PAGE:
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I have a recurrence relation, it is like the following:

T(en) = 2(T(en-1)) + en, where e is the natural logarithm.

To solve this and find a Θ bound, i tried the following: I put k=en, and the equation transforms into:

T(k)=2T(k/e)+k

Then, i try to use the master theorem. According to master theorem, a=2, b=e>2 and f(k)=k. So, we have the case where f(k)=Ω(nlogba+ε) for some ε>0, thus we have T(k)=Θ(f(k))=Θ(k). Then put k=n, we have T(n)=Θ(n). Does my solution have any mistakes?

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What is induction basis T(e^0)? –  Grigor Gevorgyan Mar 7 '13 at 13:52
    
Seems correct, though a bit weird... –  icepack Mar 7 '13 at 19:11

1 Answer 1

up vote 1 down vote accepted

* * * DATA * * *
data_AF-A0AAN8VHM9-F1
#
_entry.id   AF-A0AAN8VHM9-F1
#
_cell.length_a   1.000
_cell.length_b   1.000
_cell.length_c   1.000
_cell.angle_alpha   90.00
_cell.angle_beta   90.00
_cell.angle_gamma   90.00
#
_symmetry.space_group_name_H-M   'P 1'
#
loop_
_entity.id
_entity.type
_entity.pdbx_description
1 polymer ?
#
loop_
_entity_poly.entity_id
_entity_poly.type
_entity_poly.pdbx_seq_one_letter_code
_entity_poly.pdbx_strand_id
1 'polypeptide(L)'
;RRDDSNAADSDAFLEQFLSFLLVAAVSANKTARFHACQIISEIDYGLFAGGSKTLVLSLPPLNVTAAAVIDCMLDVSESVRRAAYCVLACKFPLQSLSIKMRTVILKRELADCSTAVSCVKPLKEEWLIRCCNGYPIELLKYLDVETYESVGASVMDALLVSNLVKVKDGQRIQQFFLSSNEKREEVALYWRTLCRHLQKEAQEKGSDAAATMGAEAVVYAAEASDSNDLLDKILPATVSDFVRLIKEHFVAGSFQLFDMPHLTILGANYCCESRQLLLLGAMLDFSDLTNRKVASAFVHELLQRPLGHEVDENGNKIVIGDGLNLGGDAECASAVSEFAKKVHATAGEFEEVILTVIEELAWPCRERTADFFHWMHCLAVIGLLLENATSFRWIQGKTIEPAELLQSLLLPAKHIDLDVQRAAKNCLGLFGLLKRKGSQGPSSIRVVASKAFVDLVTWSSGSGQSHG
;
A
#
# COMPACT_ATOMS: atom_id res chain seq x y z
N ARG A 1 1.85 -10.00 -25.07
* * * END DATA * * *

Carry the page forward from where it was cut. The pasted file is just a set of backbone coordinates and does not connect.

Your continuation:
Let's work through this one step at a time.

You have the recurrence

T(en) = 2 T(en-1) + en

Now, let's do a variable substitution. Define k = en. Then we get

T(k) = 2T(k / e) + k

In this case, using the Master Theorem, we get that a = 2, b = e, and f(k) = k. Since logb a = ln 2 < 1 and f(k) = Θ(k), according to the Master Theorem the recurrence solves to S(k) = Θ(k).

If we now set k = n', where n' is the actual input to the function, then we get that T(n') = Θ(n), and we're done. So yes, the math checks out.

Hope this helps!

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